Immunity refers to our body’s ability to fight off infections, illnesses, and viruses. Having a strong immune system not only makes you less likely to get sick, but it also means that if you do get sick, it is likely to be less severe.
Immune responses are controlled by the immune system, which is made up of cells, receptors, and organs throughout the body. The strength of a person’s immune system is determined by a number of factors, including age, genetics, sleep patterns, lifestyle, exercise and more. One very important factor – and one that we are more able to control – is diet. Many scientific studies have shown that altering what we eat – from reducing salt or processed foods to increasing fresh fruit and vegetables and certain herbs – can have quantifiable effects on our immune responses.
In this article, we focus on 5 super herbs long used in ancient natural medicine for their immune-boosting properties (and happen to be key ingredients in our products).
Cordyceps sometimes called a “super shroom” is a genus of fungus – in fact, a parasitic one that feeds on insect larvae. While this may sound a bit gruesome, this fascinating mushroom is actually highly sought-after in traditional Chinese medicine, where it has been used for hundreds of years to treat conditions such as lethargy, kidney and liver complaints, and low libido. Nowadays, it is popular with athletes as it is thought to help improve performance and the body’s ability to deliver oxygen and energy to muscles.
New research is underway to discover more about the effects of cordyceps in humans, but some studies suggest that it could have powerful immunomodulatory and antioxidant properties. Antioxidants help to prevent damage to cells by combatting free radicals, which could otherwise cause disease and aging.
Immunomodulation, in turn, refers to the process by which the body determines an appropriate immune response: too little, and illness or infection occurs, but too much can lead to allergies, inflammation, or autoimmune diseases as the body starts to attack itself. Immunomodulators act as a checks and balances system for immunity, boosting it when it is low, and mitigating it when it is too high.
Another super-fungus, lion’s mane is a large, white mushroom that looks like – you guessed it – a lion’s mane. Fun fact: the scientific name for Lion’s Mane is Hericium Erinaceus, which comes from the Latin word for hedgehog! In South-East Asia, these ‘shrooms have a long history as both a delicious ingredient (they have a similar texture to the ever-popular shitake mushroom) and a traditional medicinal ingredient, especially in relation to the brain, heart, and gut.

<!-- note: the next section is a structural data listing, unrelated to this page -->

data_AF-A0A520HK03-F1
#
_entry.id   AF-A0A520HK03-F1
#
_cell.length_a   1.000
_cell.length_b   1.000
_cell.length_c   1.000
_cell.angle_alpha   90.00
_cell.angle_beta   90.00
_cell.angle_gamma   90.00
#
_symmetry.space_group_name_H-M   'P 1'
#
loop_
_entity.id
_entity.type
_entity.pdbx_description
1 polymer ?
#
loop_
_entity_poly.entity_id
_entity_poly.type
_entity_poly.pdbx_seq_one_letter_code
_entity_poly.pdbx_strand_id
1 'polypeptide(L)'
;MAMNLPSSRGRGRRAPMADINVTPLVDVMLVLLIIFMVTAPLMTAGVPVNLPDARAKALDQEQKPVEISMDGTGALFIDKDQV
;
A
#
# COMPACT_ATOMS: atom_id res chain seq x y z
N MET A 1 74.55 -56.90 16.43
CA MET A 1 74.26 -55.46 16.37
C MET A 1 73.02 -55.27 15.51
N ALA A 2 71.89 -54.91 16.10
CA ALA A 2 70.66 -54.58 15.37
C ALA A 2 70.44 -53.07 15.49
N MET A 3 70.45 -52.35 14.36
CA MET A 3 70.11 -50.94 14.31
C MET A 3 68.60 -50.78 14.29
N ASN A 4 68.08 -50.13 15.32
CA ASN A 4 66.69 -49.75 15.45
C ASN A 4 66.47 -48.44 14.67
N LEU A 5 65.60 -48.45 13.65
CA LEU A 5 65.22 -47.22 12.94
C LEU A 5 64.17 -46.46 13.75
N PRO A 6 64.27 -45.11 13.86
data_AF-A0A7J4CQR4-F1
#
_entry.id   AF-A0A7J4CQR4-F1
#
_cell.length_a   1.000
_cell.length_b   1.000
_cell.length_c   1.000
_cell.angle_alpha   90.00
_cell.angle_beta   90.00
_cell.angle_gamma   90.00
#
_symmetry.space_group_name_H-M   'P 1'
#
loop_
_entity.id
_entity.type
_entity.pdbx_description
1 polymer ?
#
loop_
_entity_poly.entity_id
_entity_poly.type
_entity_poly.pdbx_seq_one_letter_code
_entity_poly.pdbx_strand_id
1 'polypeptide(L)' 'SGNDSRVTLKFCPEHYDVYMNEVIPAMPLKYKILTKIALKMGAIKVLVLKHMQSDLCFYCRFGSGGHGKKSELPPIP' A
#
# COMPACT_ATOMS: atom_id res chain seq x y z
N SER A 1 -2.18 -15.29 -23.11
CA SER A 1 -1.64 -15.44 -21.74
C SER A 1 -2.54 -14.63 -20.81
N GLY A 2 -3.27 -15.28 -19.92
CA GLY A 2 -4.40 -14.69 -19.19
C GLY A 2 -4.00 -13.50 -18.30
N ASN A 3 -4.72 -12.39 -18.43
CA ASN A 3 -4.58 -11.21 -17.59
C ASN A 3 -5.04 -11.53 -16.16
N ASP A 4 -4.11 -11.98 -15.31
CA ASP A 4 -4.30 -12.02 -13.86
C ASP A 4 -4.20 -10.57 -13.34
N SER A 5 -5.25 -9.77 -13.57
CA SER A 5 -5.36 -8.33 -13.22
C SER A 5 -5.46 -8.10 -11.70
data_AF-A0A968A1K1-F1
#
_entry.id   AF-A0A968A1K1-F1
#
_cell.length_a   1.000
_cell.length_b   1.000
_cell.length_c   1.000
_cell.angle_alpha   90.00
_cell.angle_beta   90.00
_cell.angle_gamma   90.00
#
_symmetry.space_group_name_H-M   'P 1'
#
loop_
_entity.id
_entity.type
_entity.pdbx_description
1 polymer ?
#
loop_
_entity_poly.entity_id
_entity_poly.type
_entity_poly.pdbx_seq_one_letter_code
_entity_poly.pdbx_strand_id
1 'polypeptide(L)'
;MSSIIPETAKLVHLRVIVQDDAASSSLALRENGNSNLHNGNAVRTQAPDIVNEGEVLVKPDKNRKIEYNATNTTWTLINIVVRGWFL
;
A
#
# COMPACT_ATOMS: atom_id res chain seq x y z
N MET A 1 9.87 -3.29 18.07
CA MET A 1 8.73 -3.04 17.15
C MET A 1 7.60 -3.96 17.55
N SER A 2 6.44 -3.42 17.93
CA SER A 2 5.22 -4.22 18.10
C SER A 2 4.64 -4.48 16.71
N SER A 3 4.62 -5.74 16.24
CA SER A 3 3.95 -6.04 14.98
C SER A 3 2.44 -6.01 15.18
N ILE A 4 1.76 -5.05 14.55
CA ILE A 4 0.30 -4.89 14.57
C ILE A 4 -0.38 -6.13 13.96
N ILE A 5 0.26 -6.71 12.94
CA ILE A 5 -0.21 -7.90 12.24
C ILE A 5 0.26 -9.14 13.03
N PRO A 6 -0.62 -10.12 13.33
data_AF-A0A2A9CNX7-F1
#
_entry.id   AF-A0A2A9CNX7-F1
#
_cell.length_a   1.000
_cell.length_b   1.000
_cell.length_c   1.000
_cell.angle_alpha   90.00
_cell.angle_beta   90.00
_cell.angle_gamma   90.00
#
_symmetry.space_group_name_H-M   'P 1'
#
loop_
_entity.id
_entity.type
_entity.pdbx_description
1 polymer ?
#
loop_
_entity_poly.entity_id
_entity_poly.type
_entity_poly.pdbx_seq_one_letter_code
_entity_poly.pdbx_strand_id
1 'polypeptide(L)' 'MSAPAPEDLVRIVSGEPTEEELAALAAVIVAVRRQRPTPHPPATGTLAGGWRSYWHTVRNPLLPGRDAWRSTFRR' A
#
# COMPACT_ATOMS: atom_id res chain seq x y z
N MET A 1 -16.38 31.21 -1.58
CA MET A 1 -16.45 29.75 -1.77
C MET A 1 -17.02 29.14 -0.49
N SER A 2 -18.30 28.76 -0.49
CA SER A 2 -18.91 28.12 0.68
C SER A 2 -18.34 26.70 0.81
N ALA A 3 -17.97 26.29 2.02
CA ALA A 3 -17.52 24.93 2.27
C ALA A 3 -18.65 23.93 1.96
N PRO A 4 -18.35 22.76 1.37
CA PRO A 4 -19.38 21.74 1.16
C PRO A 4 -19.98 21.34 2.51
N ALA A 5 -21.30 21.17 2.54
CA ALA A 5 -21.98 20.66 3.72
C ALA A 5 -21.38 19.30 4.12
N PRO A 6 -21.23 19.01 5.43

Studies suggest that lion’s mane aids in nerve protection and regeneration, which could help to reduce the risk of neurodegenerative diseases like Altzheimers, as well as facilitating recovery from brain trauma and injury.
Like cordyceps, lion’s mane is a potent antioxidant. Another interesting effect is its apparent effect on boosting gut health and intestinal immunity, which in turn helps to fight off any pathogens (like bacteria or viruses) that enter the body through our mouths.
Ginger is almost certainly the most well-known ingredient on the list, both as a spice in cooking as natural anti-nausea medicine, but did you know that ginger has also been used in Ayurvedic medicine for nearly 3,000 years, especially as an anti-inflammatory?
Ginger is naturally rich in a variety of nutrients, but probably the most important one is gingerol. Despite sounding like a delicious soft drink, gingerol is actually a powerful anti-inflammatory and antioxidant.
What’s more, studies suggest that gingerol also has antibacterial properties, even against drug-resistant pathogens, and is especially effective against periodontal bacteria, which can cause gum disease. It could also help to fight off certain types of viruses.
Here at PurePower, we’re pretty obsessed with ashwagandha – it was even one of the first adaptogens that co-founder Don began to experiment with back in the early days of the company. A perennial shrub that is also known as Indian ginseng, the name ashwagandha actually comes from the Sanskrit for “the smell of a horse” – and it’s true that this adaptogen is not as fragrant as ginger. However, what it lacks in aroma it makes up for in potency, as it has long been prized in Ayurvedic medicine for its ability to help the body deal with stress.
Stress is a huge factor in immunity, as anyone who has found themselves always getting sick around the time of big deadlines can confirm. Managing stress reactions in the body, therefore, can have a big impact on the strength of our immune systems. What’s more, studies show that ashwagandha, like many of the other adaptogens on this list, has strong antioxidant and immunomodulatory actions.
Found in: PowerUp
A strong immune system is important for all of us, but one group that may be damaging their immunity without realizing it is athletes, especially those who consistently train hard and compete often. That’s where eleuthero can come in. Colloquially known as Siberian ginseng, this woody shrub has been used in traditional Chinese medicine for thousands of years as a stimulant and natural stress-reliever.
In recent years, it has become popular with athletes thanks to these same stimulant effects, yet it is also thought to help boost the immune system. This could be thanks to its effect on increasing blood flow, allowing both more oxygen and, in the case of infection, more white blood cells to travel around the body.